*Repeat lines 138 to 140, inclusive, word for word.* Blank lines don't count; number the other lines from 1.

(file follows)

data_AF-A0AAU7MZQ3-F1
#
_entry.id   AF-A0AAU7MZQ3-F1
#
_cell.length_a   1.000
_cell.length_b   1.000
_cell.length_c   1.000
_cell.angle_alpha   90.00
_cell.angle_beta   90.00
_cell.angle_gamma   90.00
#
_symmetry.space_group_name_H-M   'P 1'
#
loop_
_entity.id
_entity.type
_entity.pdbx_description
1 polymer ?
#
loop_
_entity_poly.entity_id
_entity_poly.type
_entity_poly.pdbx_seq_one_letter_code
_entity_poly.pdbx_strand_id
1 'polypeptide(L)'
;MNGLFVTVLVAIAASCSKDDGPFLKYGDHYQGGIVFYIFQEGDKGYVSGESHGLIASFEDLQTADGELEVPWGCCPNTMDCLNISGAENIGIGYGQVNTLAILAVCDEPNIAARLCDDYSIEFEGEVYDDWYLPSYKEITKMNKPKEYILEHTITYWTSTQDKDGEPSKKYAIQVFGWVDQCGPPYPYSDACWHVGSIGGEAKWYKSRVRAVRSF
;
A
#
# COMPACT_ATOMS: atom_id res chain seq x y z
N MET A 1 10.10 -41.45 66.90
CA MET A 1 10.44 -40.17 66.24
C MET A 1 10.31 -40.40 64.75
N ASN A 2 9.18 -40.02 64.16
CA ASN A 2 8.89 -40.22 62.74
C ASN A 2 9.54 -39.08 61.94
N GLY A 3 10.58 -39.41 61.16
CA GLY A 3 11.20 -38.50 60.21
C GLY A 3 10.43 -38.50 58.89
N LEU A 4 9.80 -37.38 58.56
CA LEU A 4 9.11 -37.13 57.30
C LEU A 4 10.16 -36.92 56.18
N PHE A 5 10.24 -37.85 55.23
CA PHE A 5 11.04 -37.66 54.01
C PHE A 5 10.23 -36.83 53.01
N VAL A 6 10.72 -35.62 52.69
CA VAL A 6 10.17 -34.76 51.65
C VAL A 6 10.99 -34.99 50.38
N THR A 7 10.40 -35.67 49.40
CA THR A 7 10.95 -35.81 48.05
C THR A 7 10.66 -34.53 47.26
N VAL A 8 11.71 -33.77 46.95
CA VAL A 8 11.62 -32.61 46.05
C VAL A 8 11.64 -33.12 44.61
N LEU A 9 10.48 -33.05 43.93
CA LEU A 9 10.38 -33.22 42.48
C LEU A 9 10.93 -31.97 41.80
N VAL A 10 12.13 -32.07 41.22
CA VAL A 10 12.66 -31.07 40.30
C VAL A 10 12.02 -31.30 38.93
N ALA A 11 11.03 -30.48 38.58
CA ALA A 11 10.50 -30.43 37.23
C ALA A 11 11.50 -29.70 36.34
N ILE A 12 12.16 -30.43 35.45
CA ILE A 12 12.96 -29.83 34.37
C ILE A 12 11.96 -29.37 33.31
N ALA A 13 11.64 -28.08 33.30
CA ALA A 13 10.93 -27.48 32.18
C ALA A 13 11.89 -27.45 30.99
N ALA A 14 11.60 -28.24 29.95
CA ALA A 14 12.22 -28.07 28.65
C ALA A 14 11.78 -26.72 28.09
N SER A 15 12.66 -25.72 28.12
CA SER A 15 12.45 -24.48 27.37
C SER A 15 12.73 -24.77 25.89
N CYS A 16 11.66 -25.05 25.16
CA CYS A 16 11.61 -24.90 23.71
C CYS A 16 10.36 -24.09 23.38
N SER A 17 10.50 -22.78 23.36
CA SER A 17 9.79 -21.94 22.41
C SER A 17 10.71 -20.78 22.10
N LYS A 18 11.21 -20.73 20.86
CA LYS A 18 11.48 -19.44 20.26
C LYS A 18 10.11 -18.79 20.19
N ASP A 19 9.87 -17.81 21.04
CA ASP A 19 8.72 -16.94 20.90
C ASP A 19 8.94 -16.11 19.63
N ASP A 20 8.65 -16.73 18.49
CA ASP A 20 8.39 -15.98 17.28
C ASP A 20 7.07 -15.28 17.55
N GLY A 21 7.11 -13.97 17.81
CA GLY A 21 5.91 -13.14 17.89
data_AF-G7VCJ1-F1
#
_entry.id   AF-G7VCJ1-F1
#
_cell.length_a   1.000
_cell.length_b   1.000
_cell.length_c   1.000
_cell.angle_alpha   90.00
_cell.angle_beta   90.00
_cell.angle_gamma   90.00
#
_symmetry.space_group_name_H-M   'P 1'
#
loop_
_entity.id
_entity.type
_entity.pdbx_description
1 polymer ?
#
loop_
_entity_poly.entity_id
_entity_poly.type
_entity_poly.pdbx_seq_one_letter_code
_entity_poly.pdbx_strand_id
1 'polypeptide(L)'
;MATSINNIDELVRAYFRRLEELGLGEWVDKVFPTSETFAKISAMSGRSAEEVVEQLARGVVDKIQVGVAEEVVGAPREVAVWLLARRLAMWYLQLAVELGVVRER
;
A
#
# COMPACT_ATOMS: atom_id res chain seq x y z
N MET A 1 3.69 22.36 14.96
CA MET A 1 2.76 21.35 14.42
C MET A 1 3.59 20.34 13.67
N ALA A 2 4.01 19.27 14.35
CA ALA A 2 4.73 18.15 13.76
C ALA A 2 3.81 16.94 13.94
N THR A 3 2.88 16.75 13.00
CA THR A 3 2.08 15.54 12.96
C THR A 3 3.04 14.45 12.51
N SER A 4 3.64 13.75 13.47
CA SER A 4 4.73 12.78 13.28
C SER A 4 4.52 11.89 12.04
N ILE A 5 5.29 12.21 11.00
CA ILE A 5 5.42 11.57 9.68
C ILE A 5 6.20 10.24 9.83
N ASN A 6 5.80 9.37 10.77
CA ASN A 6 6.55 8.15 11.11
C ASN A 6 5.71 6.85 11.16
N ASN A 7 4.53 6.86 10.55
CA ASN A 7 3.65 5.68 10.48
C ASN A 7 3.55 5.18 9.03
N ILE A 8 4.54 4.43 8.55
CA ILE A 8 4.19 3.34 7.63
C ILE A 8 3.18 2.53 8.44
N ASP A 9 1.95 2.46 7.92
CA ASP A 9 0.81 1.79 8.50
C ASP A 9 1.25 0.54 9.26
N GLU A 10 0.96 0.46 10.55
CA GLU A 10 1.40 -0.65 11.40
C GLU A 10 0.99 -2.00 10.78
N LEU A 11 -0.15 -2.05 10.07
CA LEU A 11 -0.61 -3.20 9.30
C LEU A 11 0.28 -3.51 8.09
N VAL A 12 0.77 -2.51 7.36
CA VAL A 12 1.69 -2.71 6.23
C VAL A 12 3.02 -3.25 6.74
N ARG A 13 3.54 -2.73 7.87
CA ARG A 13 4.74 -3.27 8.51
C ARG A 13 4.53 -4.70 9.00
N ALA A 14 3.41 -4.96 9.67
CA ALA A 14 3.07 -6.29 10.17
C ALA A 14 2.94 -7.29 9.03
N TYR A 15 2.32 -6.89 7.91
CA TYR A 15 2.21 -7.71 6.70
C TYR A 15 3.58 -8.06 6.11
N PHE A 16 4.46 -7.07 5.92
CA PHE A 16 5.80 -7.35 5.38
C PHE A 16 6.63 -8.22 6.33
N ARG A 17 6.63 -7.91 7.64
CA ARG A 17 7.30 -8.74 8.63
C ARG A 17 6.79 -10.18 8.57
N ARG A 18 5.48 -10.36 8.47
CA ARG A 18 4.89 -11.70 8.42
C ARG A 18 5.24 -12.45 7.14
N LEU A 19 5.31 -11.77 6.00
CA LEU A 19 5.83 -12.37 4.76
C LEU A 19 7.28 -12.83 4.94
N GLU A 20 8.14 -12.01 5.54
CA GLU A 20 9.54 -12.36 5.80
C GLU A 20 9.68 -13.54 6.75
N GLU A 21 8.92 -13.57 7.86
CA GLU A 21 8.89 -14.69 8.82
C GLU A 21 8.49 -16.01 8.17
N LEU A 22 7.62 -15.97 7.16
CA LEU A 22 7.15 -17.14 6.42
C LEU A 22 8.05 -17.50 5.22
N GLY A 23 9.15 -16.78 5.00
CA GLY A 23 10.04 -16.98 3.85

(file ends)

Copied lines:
N ASN A 6 5.80 9.37 10.77
CA ASN A 6 6.55 8.15 11.11
C ASN A 6 5.71 6.85 11.16